So, where were you when you heard Stephen Hendry had been drawn to play Jimmy White in World Championship qualifying?
I'll tell you my instant reaction, that they should retire the phrase "you couldn't make it up".
The clash of these two snooker icons will take many of us on a long trip down memory lane, to some truly titanic contests in decades long gone.
We're not talking about just the snooker world looking back here either. When Hendry played White in four Crucible finals in the 1990s, it cut across all sporting boundaries. The nation was hooked by those epics on the baize.
Nobody stood on the halfway line for those matches either. You were either in one camp or the other. Like Muhammad Ali fighting Joe Frazier, Seb Coe racing Steve Ovett, or Bjorn Borg playing John McEnroe. Everyone had their favourite.
I realise it wasn't exclusively about finals at the World Championship. White beat Hendry 13-12 in a thrilling last 16 clash in 1988. Hendry saw off White in a 1995 semi-final. White got the better of Hendry in round one in 1998. "Oy oy" and all that.
But really, it was mostly about those showpiece matches. The first of their finals was in 1990, and it really wasn't proper preparation for what was to follow. Hendry was a fairly comfortable 18-12 winner as he claimed his first world title. But boy, was that just a starter.
The 1992 final might have haunted White fans for ever, if it wasn't for something even more shattering two years later. The Englishman looked almost certain to land the big prize when he surged into a 14-8 lead. White was mentally rehearsing his victory speech.
But Hendry pinched the last two frames of the third session – his nerveless brown in the 24th frame, with the cue ball over the middle pocket, is still talked about to this day – and at 14-10 there were certainly still nerves around for White supporters.
That final night had an inevitable feel about it, as Hendry kept piling on the pressure, and racking up the frames. He won the first four of the session to level at 14-14. We knew where this was going. The prolific Scot duly wrapped up an 18-14 win, finishing in style with breaks of 134 and 112. Ten frames in a row. It was an extraordinary snooker night.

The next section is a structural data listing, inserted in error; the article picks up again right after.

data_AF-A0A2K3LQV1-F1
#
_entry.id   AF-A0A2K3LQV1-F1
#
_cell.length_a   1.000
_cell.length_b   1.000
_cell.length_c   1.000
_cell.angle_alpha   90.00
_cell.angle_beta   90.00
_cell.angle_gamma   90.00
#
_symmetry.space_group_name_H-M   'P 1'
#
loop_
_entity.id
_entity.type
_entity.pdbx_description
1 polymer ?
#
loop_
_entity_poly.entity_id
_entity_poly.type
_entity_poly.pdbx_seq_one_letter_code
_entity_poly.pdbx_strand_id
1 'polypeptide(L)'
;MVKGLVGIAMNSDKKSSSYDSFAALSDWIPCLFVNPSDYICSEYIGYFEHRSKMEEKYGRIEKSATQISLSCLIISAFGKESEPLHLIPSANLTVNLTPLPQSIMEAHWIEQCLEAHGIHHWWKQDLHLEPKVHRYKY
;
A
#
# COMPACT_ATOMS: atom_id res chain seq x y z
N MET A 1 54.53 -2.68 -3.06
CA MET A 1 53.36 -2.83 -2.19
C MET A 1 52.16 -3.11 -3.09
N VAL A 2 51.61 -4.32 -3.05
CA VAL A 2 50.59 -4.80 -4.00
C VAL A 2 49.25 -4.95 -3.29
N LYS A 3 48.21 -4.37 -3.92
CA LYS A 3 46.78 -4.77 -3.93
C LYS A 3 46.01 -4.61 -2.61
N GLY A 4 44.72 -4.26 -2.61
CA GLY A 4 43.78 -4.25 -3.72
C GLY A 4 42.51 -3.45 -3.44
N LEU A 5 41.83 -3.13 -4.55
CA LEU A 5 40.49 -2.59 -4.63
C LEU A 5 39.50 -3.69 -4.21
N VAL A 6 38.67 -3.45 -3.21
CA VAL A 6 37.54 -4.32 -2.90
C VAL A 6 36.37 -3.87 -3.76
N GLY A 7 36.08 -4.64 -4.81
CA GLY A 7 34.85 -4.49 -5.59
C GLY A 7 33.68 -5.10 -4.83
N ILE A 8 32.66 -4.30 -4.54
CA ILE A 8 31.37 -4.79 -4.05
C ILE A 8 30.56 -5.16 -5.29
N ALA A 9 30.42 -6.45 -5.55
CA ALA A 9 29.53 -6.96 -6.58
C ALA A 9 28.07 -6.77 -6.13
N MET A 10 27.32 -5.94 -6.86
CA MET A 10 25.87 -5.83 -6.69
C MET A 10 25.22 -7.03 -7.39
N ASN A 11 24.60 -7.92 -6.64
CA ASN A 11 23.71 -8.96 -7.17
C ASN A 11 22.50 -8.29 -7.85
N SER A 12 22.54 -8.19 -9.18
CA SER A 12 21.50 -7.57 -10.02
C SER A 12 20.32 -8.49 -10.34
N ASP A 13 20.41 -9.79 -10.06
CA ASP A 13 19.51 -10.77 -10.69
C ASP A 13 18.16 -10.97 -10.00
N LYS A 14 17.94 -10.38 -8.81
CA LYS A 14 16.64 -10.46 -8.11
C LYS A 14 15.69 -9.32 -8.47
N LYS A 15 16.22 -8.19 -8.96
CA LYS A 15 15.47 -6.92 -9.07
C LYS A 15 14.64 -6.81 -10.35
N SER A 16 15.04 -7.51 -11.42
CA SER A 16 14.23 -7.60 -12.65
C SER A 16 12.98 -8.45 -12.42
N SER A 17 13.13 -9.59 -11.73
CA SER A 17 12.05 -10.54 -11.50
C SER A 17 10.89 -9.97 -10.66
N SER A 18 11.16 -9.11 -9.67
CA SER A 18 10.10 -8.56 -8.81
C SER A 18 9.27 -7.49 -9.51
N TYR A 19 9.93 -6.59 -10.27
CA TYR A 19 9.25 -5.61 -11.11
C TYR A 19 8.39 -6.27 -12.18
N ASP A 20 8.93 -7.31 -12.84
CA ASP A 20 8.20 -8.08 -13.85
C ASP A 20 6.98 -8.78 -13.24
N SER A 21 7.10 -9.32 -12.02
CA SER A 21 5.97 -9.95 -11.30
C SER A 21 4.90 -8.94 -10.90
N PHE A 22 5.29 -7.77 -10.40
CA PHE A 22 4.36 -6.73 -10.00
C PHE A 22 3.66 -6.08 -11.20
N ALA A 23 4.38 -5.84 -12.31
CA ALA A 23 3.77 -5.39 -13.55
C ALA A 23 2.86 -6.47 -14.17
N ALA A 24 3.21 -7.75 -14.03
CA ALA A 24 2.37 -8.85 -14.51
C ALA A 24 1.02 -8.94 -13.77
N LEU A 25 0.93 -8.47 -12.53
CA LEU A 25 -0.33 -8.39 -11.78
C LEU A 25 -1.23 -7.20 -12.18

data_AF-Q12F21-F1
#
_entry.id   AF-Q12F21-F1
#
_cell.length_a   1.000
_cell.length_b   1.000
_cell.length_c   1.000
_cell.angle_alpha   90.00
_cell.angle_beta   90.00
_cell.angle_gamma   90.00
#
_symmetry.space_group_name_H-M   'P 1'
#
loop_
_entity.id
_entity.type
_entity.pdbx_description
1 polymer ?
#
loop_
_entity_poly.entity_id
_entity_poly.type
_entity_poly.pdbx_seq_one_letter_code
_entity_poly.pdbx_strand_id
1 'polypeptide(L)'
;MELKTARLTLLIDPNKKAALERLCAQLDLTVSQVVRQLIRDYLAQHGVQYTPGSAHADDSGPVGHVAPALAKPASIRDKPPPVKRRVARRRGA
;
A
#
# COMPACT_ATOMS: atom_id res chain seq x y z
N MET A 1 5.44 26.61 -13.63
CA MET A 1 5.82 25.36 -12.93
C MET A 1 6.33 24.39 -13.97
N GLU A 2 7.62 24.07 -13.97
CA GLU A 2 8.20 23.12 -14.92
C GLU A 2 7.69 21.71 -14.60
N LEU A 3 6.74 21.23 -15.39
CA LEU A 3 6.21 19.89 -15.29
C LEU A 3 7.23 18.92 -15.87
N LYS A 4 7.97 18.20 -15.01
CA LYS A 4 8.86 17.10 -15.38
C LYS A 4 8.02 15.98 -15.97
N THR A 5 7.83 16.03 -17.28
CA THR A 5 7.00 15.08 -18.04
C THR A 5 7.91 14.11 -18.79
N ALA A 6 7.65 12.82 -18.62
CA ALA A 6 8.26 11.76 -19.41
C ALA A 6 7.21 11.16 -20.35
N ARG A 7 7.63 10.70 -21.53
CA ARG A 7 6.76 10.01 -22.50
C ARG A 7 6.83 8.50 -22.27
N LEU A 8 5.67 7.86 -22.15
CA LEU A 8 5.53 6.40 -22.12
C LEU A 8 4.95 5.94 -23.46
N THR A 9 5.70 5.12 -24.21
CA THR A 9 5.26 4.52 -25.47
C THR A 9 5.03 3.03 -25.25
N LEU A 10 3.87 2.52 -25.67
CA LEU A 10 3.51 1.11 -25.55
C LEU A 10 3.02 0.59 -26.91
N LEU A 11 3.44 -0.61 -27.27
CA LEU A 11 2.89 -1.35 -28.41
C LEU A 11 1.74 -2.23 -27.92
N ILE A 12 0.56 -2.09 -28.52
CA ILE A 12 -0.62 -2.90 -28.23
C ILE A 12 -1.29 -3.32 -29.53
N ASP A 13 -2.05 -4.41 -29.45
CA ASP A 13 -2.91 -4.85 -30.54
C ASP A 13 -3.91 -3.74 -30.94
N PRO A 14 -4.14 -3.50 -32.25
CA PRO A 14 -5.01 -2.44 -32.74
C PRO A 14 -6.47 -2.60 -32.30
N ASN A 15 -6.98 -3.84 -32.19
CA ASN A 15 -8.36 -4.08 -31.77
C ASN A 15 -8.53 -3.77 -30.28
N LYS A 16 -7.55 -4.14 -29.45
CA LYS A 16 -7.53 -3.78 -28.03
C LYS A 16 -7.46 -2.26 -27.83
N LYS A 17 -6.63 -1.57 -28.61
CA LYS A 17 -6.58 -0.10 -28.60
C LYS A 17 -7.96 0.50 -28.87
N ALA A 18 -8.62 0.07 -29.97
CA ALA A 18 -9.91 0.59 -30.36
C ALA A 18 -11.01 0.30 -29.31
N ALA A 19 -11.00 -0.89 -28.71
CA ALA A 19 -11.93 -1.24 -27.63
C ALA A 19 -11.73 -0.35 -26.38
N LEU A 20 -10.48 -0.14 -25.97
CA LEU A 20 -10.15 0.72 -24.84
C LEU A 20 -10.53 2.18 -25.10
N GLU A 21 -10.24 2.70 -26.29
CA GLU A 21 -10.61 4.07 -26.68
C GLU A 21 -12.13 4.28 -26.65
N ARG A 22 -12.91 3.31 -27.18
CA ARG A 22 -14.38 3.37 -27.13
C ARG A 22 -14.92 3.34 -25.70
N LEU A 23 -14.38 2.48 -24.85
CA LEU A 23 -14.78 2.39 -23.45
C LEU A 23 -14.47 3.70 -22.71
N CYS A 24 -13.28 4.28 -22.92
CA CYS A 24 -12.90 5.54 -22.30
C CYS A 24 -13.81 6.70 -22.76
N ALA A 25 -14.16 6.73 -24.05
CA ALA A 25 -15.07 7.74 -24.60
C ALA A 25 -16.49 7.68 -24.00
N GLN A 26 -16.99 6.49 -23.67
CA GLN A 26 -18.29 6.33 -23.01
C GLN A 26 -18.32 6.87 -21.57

Twelve months later, White wasn't really at the races at all in the final. Hendry started with a break of 136 and soon opened up a 5-1 lead. The writing was on the wall very quickly. Hendry eventually sealed a comprehensive 18-5 success, winning with a session to spare.
Then came 1994. Obviously no writer should tell anyone to look away now. But maybe go gently if you're a White fan. Which will almost certainly be the majority of those reading this. The scars haven't healed, I'm sure of it.
The thing hardly anyone talks about is how good White was until the deciding frame that night. He was outstanding. Hendry kept pummelling him, but White stood up to it and delivered many blows of his own. It was awesome to watch for an absorbed Crucible audience and millions of television viewers glued to the screen.
It was the first final to go the distance since the infamous black ball finish between Steve Davis and Dennis Taylor nine years earlier. This climax may not quite have the legendary status of 1985, but it's not that far off.
You can see it in mind's eye now. White narrowly in front, the balls at his mercy. Even Hendry was allowing a few thoughts of "good old Jimmy" to intrude into his seemingly impending disappointment.
But then White missed a black off its spot. Well, he butchered it really. There's no excuse. The old place had never gasped quite like it did at that moment.
Hendry sensed his chance, and frankly he was never going to miss. He cleared with 58 to win 18-17. All this on White's birthday, as BBC man David Vine soon reminded him. The crestfallen Londoner gave all of us one of those snooker phrases that would resonate down the years: "he's beginning to annoy me".